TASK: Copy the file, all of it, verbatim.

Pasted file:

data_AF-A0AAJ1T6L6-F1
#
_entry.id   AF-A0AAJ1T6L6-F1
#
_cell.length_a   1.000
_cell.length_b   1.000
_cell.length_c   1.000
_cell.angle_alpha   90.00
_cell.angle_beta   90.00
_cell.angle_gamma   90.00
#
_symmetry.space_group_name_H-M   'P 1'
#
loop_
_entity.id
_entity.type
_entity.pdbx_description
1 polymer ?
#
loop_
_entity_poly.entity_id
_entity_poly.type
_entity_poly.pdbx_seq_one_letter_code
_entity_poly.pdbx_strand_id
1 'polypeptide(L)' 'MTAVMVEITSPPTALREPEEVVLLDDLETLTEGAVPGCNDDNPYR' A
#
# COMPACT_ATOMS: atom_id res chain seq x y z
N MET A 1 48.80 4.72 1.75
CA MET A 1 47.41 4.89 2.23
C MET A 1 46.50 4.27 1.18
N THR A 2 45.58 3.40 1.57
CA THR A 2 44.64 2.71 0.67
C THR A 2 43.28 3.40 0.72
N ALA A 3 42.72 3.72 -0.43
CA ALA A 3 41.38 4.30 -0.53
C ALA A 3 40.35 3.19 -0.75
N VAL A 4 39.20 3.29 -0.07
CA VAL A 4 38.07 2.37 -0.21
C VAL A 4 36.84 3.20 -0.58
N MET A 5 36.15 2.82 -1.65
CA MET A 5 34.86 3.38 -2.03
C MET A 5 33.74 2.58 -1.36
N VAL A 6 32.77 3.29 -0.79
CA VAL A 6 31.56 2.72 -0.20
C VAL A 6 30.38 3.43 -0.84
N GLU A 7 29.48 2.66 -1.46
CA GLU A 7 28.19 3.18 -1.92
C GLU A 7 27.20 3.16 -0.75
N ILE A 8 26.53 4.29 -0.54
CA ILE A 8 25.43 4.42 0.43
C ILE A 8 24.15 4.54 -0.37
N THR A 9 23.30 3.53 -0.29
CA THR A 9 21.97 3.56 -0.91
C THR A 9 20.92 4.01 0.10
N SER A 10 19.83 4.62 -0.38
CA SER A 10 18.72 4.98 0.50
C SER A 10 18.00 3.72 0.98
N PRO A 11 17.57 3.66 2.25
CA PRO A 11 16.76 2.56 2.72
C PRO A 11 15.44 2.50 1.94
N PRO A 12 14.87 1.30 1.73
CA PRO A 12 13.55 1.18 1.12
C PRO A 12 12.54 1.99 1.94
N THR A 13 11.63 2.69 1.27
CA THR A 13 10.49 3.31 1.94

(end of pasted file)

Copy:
data_AF-A0AAJ1T6L6-F1
#
_entry.id   AF-A0AAJ1T6L6-F1
#
_cell.length_a   1.000
_cell.length_b   1.000
_cell.length_c   1.000
_cell.angle_alpha   90.00
_cell.angle_beta   90.00
_cell.angle_gamma   90.00
#
_symmetry.space_group_name_H-M   'P 1'
#
loop_
_entity.id
_entity.type
_entity.pdbx_description
1 polymer ?
#
loop_
_entity_poly.entity_id
_entity_poly.type
_entity_poly.pdbx_seq_one_letter_code
_entity_poly.pdbx_strand_id
1 'polypeptide(L)' 'MTAVMVEITSPPTALREPEEVVLLDDLETLTEGAVPGCNDDNPYR' A
#
# COMPACT_ATOMS: atom_id res chain seq x y z
N MET A 1 48.80 4.72 1.75
CA MET A 1 47.41 4.89 2.23
C MET A 1 46.50 4.27 1.18
N THR A 2 45.58 3.40 1.57
CA THR A 2 44.64 2.71 0.67
C THR A 2 43.28 3.40 0.72
N ALA A 3 42.72 3.72 -0.43
CA ALA A 3 41.38 4.30 -0.53
C ALA A 3 40.35 3.19 -0.75
N VAL A 4 39.20 3.29 -0.07
CA VAL A 4 38.07 2.37 -0.21
C VAL A 4 36.84 3.20 -0.58
N MET A 5 36.15 2.82 -1.65
CA MET A 5 34.86 3.38 -2.03
C MET A 5 33.74 2.58 -1.36
N VAL A 6 32.77 3.29 -0.79
CA VAL A 6 31.56 2.72 -0.20
C VAL A 6 30.38 3.43 -0.84
N GLU A 7 29.48 2.66 -1.46
CA GLU A 7 28.19 3.18 -1.92
C GLU A 7 27.20 3.16 -0.75
N ILE A 8 26.53 4.29 -0.54
CA ILE A 8 25.43 4.42 0.43
C ILE A 8 24.15 4.54 -0.37
N THR A 9 23.30 3.53 -0.29
CA THR A 9 21.97 3.56 -0.91
C THR A 9 20.92 4.01 0.10
N SER A 10 19.83 4.62 -0.38
CA SER A 10 18.72 4.98 0.50
C SER A 10 18.00 3.72 0.98
N PRO A 11 17.57 3.66 2.25
CA PRO A 11 16.76 2.56 2.72
C PRO A 11 15.44 2.50 1.94
N PRO A 12 14.87 1.30 1.73
CA PRO A 12 13.55 1.18 1.12
C PRO A 12 12.54 1.99 1.94
N THR A 13 11.63 2.69 1.27
CA THR A 13 10.49 3.31 1.94